6 items from 2016
The King Baggot Tribute will take place Wednesday September 28th at 7pm at Lee Auditorium inside the Missouri History Museum (Lindell and DeBaliviere in Forest Park, St. Louis, Missouri). The 1913 silent film Ivanhoe will be accompanied by The Rats and People Motion Picture Orchestra and there will be a 40-minute illustrated lecture on the life and career of King Baggot by We Are Movie Geeks’ Tom Stockman. A Facebook invite for the event can be found Here
Here’s a comprehensive look at the life and career of King Baggot
Article by Tom Stockman
They gathered to see the stars at St. Louis Union Station on Saturday March 25th 1910. President Taft had made a stop near the Twentieth Street entrance ten days earlier, but the crowd this day was much larger. Thousands, mostly excited women wearing ankle-length dresses and waving felt pennants lined up hoping for a glimpse, or perhaps »
- Tom Stockman
In a not-at-all surprising but surely encouraging bit of news, we finally have a release date for Martin Scorsese's Silence. The movie has been in development for quite some time and will finally be hitting theaters this December, just in time for awards season consideration. Like many awards season movies, Silence will initially have a limited release, followed by a much larger rollout in January.
Paramount made the announcement that Silence will hit theaters on December 23, which means they have a lot of hope and confidence that the movie is Oscar worthy. Given that this is a Martin Scorsese movie, not to mention the very promising cast, that is to be expected. This has been a passion project for the legendary director who has been wanting to make the movie for more than two decades. Silence is based on Shûsaku Endô's acclaimed 1966 novel of the same name. »
Done any daring to defy lately?
If you’re a fan of the television versions of superheroes, you know what I’m talking/typing about. The network that calls itself The CW has, for a while now, been advocating such daring and this is the very same the go-to corporate entity that has made itself the go-to bandwidth for costumed do-gooders. They already have, in Arrow and The Flash, a couple of established hits (provided your definition of “hit” is modest) and in Legends of Tomorrow a show that has at least enough watchers to warrant renewal for another season. And the biggie…Supergirl has, with much hype, migrated from the kind of old-folkish CBS to the youthier CW and we Maid of Might mavens are allowed a happy sigh.
But about that youthiness and that “daring to defy” business: Really? Can they possibly mean it? Since they don’t »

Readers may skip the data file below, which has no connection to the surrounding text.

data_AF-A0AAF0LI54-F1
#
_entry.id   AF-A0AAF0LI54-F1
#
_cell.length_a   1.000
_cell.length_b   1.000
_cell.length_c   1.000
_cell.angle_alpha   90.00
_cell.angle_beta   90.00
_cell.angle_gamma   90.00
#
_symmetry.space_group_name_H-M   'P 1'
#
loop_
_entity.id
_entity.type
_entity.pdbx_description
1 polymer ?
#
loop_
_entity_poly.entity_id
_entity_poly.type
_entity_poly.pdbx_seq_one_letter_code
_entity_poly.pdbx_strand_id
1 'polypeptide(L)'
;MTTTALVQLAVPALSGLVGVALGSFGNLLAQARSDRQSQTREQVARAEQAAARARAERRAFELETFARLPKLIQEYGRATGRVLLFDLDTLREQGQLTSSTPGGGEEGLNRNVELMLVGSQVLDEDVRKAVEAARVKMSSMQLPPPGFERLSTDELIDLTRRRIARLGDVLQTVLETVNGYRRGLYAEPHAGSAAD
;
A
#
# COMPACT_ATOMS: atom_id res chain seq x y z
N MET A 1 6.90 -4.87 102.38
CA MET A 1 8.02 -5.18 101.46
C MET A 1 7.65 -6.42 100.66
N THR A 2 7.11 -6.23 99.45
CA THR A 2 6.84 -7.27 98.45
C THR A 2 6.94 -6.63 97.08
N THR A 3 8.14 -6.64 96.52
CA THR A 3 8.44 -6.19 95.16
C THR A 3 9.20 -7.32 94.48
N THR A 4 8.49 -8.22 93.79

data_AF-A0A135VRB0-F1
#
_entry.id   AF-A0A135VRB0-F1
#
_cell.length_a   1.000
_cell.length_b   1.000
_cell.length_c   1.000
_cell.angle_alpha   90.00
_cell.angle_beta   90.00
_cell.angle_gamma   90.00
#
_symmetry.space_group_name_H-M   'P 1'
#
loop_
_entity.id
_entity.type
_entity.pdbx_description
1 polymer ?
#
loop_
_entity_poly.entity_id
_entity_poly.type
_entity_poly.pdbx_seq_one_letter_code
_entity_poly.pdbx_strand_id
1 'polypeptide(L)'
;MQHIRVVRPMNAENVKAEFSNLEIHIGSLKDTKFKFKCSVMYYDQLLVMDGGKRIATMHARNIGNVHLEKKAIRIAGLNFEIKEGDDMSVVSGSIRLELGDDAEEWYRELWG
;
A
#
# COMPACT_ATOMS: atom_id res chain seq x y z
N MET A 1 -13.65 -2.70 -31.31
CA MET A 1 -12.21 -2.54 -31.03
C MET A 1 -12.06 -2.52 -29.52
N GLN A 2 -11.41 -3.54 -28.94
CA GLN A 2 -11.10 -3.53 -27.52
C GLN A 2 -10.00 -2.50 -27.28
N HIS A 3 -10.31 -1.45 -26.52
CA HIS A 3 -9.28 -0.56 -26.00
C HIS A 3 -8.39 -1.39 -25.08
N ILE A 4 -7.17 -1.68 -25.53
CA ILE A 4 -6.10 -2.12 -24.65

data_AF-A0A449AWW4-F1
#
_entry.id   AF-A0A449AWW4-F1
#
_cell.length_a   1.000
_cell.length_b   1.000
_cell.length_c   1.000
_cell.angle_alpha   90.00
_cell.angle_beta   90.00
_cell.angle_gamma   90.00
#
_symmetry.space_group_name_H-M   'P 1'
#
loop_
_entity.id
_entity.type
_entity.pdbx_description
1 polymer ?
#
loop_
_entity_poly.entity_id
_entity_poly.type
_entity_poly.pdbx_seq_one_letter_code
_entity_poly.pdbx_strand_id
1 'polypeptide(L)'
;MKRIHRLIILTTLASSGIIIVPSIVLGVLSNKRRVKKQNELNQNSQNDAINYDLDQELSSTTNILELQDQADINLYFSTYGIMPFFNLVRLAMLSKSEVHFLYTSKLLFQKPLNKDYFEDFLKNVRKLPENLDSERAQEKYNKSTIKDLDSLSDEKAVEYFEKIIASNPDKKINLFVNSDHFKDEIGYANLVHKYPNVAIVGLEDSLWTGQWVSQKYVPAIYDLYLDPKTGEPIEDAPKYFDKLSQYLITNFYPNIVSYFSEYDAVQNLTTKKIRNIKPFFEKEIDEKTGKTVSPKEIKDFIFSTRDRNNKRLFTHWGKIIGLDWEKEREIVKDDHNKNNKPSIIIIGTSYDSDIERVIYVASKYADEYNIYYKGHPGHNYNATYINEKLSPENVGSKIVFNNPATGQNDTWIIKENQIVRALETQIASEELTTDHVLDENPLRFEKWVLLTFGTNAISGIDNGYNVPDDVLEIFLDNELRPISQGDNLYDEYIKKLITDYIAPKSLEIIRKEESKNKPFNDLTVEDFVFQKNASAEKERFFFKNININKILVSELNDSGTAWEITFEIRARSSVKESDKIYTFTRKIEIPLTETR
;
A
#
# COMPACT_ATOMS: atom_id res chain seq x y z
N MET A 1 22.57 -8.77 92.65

- Dennis O'Neil
Sing Street, 2016.
Directed by John Carney.
A group of teenage boys form a band in Dublin, in the 1980’s, to get away from the trials and tribulations of their young lives…
The 1980’s is the current craze. Both Eddie the Eagle and Sing Street take great pride in harking back to those halcyon days of big hair, electro-pop and cups of tea (Even this weeks X-Men: Apocalypse is set in the same period). The loss of Prince, David Bowie and Michael Jackson recently, reminds us how all three existed together in the 1980’s. In 2016, we don’t even have one artist that comes close to these titans of music. Was there something special happening in this era that, only now, we can pick apart? Sing Street recreates a world that’s more than a »
- Simon Columb
Films about people at school forming bands are well known for being 60% more lovable than any other sort, and this is no exception. Writer-director John Carney has created a back-to-basics movie comparable to his hit musical romance Once, and it’s a treat: a story about a lonely 15-year-old at a brutal Christian Brothers school in 80s Dublin who forms a gloriously half-arsed new romantic band, though one with miraculously high levels of musicianship and homemade pop-video production values, inspired by the mascara’d magnificence of Duran Duran.
It’s a wish-fulfilment comedy about idealism, aspiration and getting off with girls, riffing on that age-old truth that being in a band might just give you the cachet that will make up for a lack of money and looks. »
- Peter Bradshaw
★★★★☆ Once director John Carney returns to his native Dublin for Sing Street, a 1980s-set coming-of-age crowdpleaser with real depth, heart and wit to match its toe-tapping musical beats. Conor (Ferdia Walsh-Peelo), a 14-year-old kid who's forced to move from a private school to rowdy public one run by the Christian Brothers when his parents find themselves in financial difficulty. Immediately out of place, Conor is subjected to taunts and attacks by his classmates and teachers. Keen to escape his problems and impress the enigmatic model Raphina (Lucy Boynton) who frequently hangs out across the road, Conor decides to form a band, whose influences range from the Pet Shop Boys to Depeche Mode.
- CineVue UK
6 items from 2016
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